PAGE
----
Whether Soccer or Football, U.S. Calls The Business a Crime
(Bloomberg) -- At a U.S. corruption trial of three former South American soccer barons, lawyers want to make sure that the case doesn’t get lost in translation.
It’s confusing enough that the trial involves a byzantine, 24-year conspiracy involving more than a dozen soccer officials around the globe accused of taking six-figure bribes for broadcast and media rights. Then there’s soccer -- a sport that claims a growing U.S. fan base but is something of an also-ran to American football, basketball and baseball.
So lawyers at the trial in Manhattan are taking pains to explain the basics of what in Brazil is called "The Beautiful Game," assuming the jurors can identify LeBron James but not Lionel Messi. The U.S. may have joined FIFA just nine years after soccer’s ruling federation founding in 1904, but it’s a fair guess few in the courtroom knew that.
"At the top, there’s an organization called FIFA based in Switzerland," Assistant U.S. Attorney Keith Edelman said in opening statements in federal court in Brooklyn, New York. "It’s in charge of managing the game all across the world. It’s kind of like the NFL or Major League Baseball, but it’s for soccer and for the whole world."
The three former South American soccer officials on trial organized tournaments which involved the sport’s best professional teams -- "kind of like the Yankees or the Mets," said Edelman, who then compared each continent’s soccer federation to baseball’s American and National leagues.
Defense lawyers have wheeled out their own comparisons. Charles Stillman, a lawyer for former Brazilian soccer boss Jose Marin, described the World Cup as "soccer’s World Series," while Silvia Pinera, who represents ex-South American soccer federation president Juan Angel Napout, said the game was "more than a passion in South America, it’s a religion."
The World Cup is the most-watched sporting event in the world, but it’s still has a way to go in the U.S. The 2014 Super Bowl was watched 112 million people in the U.S. -- and an estimated 167 million globally -- while the 2014 World Cup final had a U.S. audience of about 27 million (and more than 1 billion worldwide).
"Most Argentinians live soccer as one of the most important things in their lives," a government witness, former Argentine sports-marketing executive Alejandro Burzaco, testified. "If their team wins, they go to work on Mondays happy and willing to make jokes. If their team loses, maybe they skip going to work. It’s like a national goal."
Napout, Marin and former Peruvian soccer boss Manuel Burga are accused of taking tens of millions of dollars in bribes from businesses eager to lock up years-long marketing and broadcasting rights for the most coveted matches. The trial, the first in sprawling U.S. corruption probe in which dozens of soccer officials and businessmen have been charged, is being held in the same courtroom where former mob boss John Gotti was convicted in 1992.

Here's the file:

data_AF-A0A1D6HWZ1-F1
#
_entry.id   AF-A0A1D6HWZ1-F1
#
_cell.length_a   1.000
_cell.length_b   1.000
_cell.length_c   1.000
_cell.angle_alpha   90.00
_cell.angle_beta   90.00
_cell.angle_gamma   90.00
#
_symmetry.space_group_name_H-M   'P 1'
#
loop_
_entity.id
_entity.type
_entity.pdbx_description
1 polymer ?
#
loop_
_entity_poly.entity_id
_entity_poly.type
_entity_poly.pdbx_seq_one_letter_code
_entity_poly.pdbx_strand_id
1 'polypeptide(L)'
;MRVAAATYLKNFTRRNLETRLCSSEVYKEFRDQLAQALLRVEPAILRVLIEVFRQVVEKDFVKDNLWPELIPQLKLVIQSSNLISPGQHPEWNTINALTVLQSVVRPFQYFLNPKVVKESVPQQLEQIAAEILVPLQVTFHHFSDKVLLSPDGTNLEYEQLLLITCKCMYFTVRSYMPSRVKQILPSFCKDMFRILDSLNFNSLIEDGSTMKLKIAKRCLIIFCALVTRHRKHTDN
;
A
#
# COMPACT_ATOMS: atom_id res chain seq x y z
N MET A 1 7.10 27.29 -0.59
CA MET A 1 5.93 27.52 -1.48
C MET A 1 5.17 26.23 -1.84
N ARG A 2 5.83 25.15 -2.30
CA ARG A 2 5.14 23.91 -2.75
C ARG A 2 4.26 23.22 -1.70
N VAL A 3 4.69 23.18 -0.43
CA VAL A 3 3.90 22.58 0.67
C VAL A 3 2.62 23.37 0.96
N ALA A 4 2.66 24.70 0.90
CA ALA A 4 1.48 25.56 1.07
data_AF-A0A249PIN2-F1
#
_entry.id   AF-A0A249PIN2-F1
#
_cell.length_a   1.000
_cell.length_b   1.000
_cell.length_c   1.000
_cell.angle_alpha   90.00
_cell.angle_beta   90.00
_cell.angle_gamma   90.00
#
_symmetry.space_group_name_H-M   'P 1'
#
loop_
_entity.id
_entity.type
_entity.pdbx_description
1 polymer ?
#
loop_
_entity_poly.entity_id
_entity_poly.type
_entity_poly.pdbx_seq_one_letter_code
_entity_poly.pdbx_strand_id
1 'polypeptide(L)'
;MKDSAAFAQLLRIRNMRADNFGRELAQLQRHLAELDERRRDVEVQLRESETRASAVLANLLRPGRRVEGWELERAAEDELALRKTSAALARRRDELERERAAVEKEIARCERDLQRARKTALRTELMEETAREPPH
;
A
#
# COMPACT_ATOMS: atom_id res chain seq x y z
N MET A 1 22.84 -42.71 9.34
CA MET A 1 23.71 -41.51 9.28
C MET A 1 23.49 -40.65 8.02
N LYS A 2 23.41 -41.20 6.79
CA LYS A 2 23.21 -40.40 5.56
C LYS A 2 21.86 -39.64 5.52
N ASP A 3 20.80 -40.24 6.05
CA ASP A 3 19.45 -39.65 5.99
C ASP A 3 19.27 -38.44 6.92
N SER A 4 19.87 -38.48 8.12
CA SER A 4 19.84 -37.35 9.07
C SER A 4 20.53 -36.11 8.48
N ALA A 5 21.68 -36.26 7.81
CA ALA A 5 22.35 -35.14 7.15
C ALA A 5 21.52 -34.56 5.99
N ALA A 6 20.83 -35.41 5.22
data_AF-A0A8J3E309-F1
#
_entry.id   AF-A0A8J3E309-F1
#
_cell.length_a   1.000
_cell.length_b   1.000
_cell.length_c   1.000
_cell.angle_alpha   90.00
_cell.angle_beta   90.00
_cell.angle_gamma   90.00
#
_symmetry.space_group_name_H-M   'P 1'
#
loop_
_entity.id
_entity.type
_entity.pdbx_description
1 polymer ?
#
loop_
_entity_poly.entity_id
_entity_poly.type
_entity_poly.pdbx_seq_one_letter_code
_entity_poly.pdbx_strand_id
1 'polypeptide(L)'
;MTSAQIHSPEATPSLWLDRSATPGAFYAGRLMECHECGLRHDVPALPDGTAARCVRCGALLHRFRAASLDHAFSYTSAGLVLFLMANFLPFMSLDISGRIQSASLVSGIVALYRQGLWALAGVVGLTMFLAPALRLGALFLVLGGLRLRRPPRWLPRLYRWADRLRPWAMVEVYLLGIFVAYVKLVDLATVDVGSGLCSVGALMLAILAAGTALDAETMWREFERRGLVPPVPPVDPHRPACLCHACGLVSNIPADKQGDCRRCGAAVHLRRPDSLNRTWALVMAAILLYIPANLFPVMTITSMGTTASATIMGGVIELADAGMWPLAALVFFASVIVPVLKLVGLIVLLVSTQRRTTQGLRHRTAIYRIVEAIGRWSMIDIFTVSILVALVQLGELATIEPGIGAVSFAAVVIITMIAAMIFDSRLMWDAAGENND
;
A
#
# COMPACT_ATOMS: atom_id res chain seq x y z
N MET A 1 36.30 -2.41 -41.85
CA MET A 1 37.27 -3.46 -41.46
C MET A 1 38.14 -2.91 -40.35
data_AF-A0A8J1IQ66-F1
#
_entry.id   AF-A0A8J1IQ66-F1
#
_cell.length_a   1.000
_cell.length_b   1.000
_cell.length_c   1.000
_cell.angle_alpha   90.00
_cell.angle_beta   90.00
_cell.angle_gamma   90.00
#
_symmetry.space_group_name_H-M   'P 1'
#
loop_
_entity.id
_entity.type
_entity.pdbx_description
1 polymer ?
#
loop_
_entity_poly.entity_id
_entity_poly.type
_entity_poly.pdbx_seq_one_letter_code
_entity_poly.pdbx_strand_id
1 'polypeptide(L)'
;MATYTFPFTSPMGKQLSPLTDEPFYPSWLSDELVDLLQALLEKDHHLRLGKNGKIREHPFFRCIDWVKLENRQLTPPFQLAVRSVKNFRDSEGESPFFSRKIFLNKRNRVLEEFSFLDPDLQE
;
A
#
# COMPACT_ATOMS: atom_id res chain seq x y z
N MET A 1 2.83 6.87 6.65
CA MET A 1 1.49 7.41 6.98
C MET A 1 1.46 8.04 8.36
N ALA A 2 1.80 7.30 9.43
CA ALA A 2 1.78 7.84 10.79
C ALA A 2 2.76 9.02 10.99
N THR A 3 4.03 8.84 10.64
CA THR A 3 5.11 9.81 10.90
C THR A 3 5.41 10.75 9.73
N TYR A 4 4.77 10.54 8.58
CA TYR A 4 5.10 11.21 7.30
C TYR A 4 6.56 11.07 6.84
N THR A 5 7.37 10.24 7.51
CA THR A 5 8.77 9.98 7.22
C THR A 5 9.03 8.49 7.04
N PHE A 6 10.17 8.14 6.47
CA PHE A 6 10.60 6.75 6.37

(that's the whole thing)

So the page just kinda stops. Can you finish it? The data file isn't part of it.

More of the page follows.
For prosecutors, explaining profiteering in soccer isn’t that different from detailing how the Mafia works.
“It’s a concept that a New York jury will comprehend," said Anthony Sabino, who teaches law at the business school of St. John’s University in New York. "They’re going to understand this sport is a business where there’s money to be made and bribery is a crime by any other name. Jurors will learn these are huge sporting events with people willing to bribe officials to gain access and reap exclusive contracts.”
With the case entering its fourth week, jurors have learned how a bribe paid in Buenos Aires using a Cayman Islands shell entity was processed in Manhattan. They heard how Latin American soccer officials jetted on private planes from Miami to London to Mauritius for meetings, banked in Switzerland and vacationed in Uruguay’s sun-drenched Punta del Este.
And they listened to dramatic accounts about the cost of cooperating with American prosecutors.
Jose Luis Chiriboga, a soccer agent who said he laundered at least $2.8 million in bribes for his father, Luis, the former president of Ecuadorean soccer, said he may have to seek refuge in the U.S.
"It’s not so easy," he said, growing emotional as he testified that he may never again see his aging father who’s serving a 10-year sentence in Quito. "This is the hardest moment of my life and this day will be with me forever."
Burzaco, who has admitted bribing at least 30 soccer officials with more than $160 million, tearfully recounted how he hasn’t returned to Buenos Aires since May 2015.
Orders had been given in Argentina to ensure he didn’t testify at the U.S. trial, “including killing me,” he said.
Even with multiple interpreters providing simultaneous translation of testimony into English, Spanish and Portuguese, there’s still been a need for some cultural clarification. U.S. District Judge Pamela Chen interrupted an Argentine witness last week to ask if there was a difference between two Buenos Aires soccer clubs whose bitter rivalry often erupts into violence.
That elicited titters from Latin American reporters in the courtroom, prompting one to later say it was like asking if the Yankees and Red Sox are the same team.
The case is U.S. v Napout, 15-cr-252, U.S. District Court, Eastern District of New York (Brooklyn).
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